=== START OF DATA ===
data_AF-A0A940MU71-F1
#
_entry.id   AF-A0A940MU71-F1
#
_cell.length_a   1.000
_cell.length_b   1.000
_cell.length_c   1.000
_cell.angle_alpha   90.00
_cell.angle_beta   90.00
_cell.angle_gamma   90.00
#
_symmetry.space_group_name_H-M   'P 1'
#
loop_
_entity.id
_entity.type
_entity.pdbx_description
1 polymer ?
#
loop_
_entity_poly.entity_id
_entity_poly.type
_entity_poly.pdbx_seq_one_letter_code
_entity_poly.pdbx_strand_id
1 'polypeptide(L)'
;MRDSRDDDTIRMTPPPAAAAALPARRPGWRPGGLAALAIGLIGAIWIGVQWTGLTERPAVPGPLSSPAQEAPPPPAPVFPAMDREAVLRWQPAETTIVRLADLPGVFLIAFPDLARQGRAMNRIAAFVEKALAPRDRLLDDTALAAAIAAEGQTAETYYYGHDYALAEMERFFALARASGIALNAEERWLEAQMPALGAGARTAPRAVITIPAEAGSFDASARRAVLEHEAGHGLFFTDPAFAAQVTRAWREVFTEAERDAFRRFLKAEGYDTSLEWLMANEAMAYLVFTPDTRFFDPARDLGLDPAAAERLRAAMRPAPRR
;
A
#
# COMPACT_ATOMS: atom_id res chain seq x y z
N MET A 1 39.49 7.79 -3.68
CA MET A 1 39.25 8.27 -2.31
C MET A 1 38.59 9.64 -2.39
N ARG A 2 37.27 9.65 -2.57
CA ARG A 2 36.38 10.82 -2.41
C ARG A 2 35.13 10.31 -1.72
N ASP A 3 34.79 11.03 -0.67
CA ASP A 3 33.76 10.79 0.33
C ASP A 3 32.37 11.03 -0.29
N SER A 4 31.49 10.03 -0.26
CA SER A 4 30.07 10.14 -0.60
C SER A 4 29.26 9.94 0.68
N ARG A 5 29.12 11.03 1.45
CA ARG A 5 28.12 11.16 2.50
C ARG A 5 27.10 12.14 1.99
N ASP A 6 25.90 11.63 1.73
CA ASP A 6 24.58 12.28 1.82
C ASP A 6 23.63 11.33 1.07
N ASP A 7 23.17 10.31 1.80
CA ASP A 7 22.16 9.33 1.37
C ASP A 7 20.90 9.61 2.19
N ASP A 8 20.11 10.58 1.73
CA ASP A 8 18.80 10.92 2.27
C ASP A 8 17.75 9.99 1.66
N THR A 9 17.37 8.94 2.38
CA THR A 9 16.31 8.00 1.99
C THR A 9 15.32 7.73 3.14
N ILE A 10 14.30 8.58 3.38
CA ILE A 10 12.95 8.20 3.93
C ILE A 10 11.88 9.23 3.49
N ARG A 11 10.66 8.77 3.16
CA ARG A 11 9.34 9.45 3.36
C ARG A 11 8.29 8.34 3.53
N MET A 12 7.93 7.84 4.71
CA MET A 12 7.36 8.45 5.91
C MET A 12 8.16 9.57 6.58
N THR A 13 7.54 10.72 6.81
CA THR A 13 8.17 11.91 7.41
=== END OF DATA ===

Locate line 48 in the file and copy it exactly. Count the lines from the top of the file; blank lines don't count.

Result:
C ASP A 6 23.63 11.33 1.07